Exploring new job opportunities in Canada is an exciting endeavour, even though it can present certain challenges for new Canadians, like forging a professional network from scratch, transferring professional certifications, potential language barriers and navigating the nuances of professional etiquette and customs in a new place. Fortunately, digital resources make it easier than ever to explore the international job market and to start planning for this transition, and the next phase of one's career, well before the move is even made. Whatever phase of the move you're in, the Government of Canada and the Canadian banking institution you choose will offer the greatest insight into everything you'll need to settle into a new career and all other aspects of establishing yourself and your family.
If possible, it's best to start the job hunting process before you even select where to move to in Canada, as different regions and cities offer varying degrees of employment opportunities in certain fields. Scanning online job postings and reading business news related to your industry can help you determine that.
Then there are basic requirements, which include obtaining a Social Insurance Number and proof of your academic qualifications. If you're a Canadian citizen, a permanent resident or a temporary resident, a Social Insurance Number (SIN) is issued to you by the Government of Canada and it allows you to work in Canada as well as to have access to government programs and benefits. Next, in order to verify your degrees, diplomas, certificates and other credentials, you need to gather the appropriate documentations to file for an Educational Credential Assessment. Now, onto the finer points of your job search strategy.
Building a network of contacts doesn't just help you find and land the right job posting, it also gives you a community of people to reach out to for the mentorship and advice you'll need along the way and throughout your career in Canada. You can build that network both in person, by attending any public events, lectures and seminars being offered in your industry, as well as by using professional networking sites like LinkedIn to connect with people, find job listings and learn more about the culture and etiquette of the Canadian workplace. Don't be shy to reach out to people to ask simple questions. Other social platforms like Facebook and Twitter offer the opportunity to network professionally as well and it's important to know that many employers will visit these social media accounts when considering you for a job. As such, it's very important to ensure that all your public-facing online accounts project the image you want to present to an employer and show only the information you would want a potential employer to see.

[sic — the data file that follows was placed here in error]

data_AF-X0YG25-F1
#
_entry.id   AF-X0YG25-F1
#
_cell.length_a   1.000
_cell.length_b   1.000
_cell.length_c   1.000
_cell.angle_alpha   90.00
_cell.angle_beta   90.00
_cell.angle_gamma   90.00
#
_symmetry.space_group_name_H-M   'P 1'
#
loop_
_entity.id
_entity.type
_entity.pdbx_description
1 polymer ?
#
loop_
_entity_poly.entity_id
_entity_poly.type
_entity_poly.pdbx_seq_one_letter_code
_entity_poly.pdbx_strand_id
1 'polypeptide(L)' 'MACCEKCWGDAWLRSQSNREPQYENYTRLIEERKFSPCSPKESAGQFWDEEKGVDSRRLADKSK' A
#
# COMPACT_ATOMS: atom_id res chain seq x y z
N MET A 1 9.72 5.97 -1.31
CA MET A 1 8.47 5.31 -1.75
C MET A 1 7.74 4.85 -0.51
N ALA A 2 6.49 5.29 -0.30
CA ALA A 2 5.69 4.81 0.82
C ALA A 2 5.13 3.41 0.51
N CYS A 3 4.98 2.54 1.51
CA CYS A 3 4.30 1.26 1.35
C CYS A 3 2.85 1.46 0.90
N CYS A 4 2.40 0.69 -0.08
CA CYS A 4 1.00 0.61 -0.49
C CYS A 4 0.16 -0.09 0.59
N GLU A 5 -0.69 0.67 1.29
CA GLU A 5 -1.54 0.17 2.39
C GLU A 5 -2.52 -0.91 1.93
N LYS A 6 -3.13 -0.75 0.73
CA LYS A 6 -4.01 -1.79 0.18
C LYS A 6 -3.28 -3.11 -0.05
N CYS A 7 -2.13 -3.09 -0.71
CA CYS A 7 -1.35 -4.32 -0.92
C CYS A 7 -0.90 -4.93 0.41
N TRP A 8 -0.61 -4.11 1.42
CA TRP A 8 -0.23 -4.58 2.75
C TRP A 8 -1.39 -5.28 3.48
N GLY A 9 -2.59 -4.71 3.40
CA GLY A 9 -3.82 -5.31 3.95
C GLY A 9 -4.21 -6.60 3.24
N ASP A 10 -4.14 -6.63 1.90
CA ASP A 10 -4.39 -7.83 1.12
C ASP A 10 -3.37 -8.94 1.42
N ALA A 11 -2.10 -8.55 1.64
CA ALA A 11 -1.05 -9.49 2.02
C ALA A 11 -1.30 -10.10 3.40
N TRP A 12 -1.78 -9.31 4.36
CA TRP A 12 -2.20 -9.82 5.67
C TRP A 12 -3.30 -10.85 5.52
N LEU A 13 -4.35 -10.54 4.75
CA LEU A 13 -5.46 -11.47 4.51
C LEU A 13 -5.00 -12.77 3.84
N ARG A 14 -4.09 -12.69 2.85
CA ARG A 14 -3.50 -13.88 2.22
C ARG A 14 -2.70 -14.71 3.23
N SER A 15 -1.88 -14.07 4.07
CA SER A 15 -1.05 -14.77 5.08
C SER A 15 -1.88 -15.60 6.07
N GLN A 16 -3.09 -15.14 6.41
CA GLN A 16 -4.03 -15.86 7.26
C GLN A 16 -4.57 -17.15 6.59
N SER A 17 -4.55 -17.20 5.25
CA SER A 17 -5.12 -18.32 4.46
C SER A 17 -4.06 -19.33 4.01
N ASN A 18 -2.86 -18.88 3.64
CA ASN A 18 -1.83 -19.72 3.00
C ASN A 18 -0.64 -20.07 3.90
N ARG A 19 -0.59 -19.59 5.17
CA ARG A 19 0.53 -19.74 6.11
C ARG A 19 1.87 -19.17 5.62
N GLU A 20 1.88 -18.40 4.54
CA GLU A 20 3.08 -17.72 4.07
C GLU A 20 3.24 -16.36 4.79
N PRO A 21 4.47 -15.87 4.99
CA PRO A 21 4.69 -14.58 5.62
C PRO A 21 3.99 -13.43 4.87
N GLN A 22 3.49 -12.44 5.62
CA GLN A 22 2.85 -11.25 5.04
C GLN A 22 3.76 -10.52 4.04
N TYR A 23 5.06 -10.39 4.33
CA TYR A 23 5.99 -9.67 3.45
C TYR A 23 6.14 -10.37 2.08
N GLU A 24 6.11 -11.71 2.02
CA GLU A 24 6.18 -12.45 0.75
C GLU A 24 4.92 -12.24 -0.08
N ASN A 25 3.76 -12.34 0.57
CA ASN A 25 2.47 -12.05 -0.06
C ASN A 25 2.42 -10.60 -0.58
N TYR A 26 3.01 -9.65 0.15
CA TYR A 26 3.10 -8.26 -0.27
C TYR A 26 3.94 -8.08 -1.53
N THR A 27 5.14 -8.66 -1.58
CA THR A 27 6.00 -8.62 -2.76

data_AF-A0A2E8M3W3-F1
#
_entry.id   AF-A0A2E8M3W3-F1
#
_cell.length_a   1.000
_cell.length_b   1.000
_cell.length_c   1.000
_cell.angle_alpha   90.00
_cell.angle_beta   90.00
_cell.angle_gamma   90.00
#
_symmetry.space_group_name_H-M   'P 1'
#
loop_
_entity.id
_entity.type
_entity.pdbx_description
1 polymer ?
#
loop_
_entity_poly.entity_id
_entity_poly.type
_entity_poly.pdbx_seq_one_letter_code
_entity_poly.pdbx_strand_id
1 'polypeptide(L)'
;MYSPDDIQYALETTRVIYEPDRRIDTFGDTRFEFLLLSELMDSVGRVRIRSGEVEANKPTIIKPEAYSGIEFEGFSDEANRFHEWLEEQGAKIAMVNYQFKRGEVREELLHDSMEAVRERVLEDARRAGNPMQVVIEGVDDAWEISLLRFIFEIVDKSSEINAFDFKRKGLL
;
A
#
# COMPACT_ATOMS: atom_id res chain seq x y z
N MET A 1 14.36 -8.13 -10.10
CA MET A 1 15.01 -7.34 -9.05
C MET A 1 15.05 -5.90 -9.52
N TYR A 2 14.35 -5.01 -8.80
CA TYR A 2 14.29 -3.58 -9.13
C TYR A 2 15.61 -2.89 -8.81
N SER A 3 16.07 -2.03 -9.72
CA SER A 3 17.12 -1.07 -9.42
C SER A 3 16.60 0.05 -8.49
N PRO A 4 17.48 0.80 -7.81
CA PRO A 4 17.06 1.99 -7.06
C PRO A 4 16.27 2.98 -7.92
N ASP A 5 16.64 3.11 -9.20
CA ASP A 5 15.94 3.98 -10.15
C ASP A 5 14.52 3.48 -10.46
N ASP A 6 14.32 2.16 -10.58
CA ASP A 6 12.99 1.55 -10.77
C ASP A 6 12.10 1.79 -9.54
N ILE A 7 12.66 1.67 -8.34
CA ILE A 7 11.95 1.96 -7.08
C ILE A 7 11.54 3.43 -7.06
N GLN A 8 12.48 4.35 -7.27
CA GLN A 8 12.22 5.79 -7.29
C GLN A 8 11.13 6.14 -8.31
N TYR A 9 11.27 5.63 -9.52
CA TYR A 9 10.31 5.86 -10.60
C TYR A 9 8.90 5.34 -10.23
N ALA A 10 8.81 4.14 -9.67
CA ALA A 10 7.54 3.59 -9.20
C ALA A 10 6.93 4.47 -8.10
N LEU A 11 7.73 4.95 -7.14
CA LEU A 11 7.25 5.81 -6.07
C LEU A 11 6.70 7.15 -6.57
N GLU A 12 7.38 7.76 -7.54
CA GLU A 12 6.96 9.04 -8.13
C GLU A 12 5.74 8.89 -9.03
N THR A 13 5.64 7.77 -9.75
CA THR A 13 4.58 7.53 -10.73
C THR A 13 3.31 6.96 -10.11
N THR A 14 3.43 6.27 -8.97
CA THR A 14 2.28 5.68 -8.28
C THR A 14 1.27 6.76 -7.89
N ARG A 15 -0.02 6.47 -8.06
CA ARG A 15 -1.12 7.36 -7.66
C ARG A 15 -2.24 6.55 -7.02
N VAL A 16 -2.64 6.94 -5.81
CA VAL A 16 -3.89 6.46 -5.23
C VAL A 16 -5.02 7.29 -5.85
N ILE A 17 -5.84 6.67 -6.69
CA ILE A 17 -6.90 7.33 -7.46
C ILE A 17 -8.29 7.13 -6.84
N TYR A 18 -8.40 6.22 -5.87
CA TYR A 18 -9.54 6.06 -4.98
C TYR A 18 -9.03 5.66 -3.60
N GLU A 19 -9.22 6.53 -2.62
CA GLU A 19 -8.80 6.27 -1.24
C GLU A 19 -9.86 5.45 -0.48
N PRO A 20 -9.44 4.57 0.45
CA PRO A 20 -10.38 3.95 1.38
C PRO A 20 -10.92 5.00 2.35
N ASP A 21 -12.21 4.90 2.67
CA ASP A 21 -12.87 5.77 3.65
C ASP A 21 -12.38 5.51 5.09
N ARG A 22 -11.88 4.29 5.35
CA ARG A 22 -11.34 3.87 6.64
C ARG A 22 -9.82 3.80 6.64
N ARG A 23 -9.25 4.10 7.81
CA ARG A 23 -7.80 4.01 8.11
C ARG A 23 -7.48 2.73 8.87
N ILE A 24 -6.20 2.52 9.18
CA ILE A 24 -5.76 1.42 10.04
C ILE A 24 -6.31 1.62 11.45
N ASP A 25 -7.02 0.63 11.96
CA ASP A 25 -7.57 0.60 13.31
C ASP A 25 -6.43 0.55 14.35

When you sign up for a site like LinkedIn, you'll be encouraged to prepare a general resumé for all work contacts in your network to see. CIBC offers some good advice and tools for building your resumé.
When you're applying for a specific job it's important to customize your your resumé for that role and write a custom cover letter. A good way to customize your documents for a specific job posting is to identify the keywords used in the job posting and address and reflect those in your submission. Look for the required skills for that job and prioritize those, then focus on the general work skills you can use in any job, like speaking French, followed by the adaptive skills, like being well organized. Once you have a draft of the customized resumé and cover letter you're about to submit for a specific job, the best thing you can do is ask a contact in your industry to review it for you and offer feedback.
If you don't feel that your English and, if required, your French language skills are at a level that will allow you to excel at job interviews and in the workplace, the Government of Canada has good resources for improving your English and French, including a Language Portal to help with quick searches. Also consider language learning apps like Duolingo and HelloTalk. Finally, watching in-person or online lectures and reading articles by professionals in your field will help you brush up on the vocabulary and expressions used in your specific industry and the level of formality used in both verbal and written communications. Same goes for the custom of dress. And it never hurts to practice your interview skills with someone before going into your first job interviews.
When it comes to the big picture, your financial advisor will be a key contact who can help with everything from getting started banking to finding that first job to buying your first home and preparing your children for school. If you'd like to learn more about moving to Canada, getting settled in or if you've already moved here and would like to explore your financial opportunities, CIBC's Newcomers website — available in many languages — is an excellent and extensive resource.